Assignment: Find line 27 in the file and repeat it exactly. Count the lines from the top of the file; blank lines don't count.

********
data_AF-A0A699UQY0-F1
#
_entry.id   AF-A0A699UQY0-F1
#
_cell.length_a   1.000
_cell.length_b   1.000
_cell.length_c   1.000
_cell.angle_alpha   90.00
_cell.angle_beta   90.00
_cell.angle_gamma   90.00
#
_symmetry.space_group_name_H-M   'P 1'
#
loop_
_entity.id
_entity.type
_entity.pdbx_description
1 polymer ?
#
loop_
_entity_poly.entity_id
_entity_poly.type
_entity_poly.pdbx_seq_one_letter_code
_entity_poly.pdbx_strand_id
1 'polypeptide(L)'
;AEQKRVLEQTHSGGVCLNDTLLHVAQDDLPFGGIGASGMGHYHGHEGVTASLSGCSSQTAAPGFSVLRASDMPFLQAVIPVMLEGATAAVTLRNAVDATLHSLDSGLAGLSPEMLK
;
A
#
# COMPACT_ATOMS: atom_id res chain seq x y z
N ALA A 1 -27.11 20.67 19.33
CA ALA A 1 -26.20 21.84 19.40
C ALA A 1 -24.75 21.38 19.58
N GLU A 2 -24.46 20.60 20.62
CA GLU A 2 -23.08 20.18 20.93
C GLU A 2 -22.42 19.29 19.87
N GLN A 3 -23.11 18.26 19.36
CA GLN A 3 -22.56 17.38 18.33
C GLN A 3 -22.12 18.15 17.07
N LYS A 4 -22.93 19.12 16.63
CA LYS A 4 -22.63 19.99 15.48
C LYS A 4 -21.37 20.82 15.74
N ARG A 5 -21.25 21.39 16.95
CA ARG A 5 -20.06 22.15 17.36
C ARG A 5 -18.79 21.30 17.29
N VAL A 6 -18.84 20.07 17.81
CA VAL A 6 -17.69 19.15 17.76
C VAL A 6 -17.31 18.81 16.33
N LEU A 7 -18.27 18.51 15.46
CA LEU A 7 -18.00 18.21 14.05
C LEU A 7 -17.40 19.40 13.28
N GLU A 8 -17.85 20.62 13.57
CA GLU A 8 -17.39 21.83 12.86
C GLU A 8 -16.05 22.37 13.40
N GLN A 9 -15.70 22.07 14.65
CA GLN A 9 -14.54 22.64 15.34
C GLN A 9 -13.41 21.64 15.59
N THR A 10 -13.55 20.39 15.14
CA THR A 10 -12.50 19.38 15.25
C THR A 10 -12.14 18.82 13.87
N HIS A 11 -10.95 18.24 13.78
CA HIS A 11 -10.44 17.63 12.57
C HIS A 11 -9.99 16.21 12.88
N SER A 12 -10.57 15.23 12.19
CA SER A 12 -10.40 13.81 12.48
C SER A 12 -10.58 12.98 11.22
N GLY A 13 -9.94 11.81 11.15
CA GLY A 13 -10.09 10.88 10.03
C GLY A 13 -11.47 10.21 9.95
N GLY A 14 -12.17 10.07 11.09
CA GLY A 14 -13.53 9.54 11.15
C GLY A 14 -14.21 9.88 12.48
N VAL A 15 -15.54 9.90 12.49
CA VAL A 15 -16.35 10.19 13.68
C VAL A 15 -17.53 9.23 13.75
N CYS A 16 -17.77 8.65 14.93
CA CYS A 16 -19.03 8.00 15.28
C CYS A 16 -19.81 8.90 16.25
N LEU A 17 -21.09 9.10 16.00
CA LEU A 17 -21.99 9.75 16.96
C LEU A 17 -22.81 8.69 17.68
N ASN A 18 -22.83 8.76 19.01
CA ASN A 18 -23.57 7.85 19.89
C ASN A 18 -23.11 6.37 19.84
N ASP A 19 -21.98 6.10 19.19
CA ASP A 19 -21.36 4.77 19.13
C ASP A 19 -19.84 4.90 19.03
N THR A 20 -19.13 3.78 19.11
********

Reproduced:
;